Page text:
This book provides new insights into the relationship between humans and birds in Northern Europe during the Bronze Age. Joakim Goldhahn argues that birds had a central role in Bronze Age society and imagination, as reflected in legends, myths, rituals, and cosmologies. Goldhahn offers a new theoretical model for understanding the intricate relationship between humans and birds during this period. He explores traces of birds found in a range of archaeological context, including settlements and burials, and analyzes depictions of birds on bronze artefacts and figurines, rock art, and ritual paraphernalia. He demonstrates how birds were used in divinations, and provides the oldest evidence of omens taken from gastric contents of birds - extispicy - ever found in Europe.

Geoarchaeology in the Great Plains (Paperback): Rolfe D Mandel Geoarchaeology in the Great Plains (Paperback)
Rolfe D Mandel
R616 Discovery Miles 6 160 Ships in 7 - 11 working days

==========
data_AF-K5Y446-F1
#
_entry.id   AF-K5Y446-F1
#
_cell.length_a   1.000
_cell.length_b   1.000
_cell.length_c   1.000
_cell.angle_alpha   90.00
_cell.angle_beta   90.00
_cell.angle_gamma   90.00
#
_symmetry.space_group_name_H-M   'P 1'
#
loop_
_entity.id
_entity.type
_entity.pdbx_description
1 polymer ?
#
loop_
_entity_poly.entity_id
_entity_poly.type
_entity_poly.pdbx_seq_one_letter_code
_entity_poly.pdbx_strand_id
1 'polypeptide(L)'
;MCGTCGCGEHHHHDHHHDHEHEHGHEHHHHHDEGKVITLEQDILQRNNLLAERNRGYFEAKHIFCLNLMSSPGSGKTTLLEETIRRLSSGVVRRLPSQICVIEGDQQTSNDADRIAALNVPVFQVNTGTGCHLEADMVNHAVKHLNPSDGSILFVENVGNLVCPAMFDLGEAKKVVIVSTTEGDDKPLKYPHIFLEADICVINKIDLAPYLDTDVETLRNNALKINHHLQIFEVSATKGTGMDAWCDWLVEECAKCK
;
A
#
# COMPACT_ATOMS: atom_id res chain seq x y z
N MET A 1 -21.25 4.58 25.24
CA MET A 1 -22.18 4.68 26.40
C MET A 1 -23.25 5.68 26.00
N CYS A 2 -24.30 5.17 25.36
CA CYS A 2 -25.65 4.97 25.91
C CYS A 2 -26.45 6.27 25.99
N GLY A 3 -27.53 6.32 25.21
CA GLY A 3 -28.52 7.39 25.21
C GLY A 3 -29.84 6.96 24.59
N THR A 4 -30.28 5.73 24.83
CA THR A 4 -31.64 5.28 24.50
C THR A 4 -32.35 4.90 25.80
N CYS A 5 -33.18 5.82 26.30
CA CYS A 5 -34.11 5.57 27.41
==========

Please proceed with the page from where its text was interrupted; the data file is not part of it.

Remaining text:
Geoarchaeology is the application of geoscience to the study of archaeological deposits and the archaeological record. Employing techniques from pedology, geomorphology, sedimentology, geochronology, and stratigraphy, geoarchaeologists investigate and interpret sediments, soils and landforms at the focal points of archaeological research.

Edited by Rolfe D. Mandel and with contributions by John Albanese, Joe Allen Artz, E. Arthur Bettis III, C. Reid Ferring, Vance T. Holliday, David W. May, and Mandel, this volume traces the history of all major projects, researchers, theoretical developments, and sites contributing to our geoarchaeological knowledge of North America's Great Plains. The book provides a historical overview and explores theoretical questions that confront geoarchaeologists working in the Great Plains, where North American geoarchaeology emerged as a discipline.

Rome and Environs - An Archaeological Guide (Paperback, Updated): Filippo Coarelli Rome and Environs - An Archaeological Guide (Paperback, Updated)
Filippo Coarelli; Translated by James J. Clauss, Daniel P. Harmon
R907 R707 Discovery Miles 7 070 Save R200 (22%) Ships in 10 - 15 working days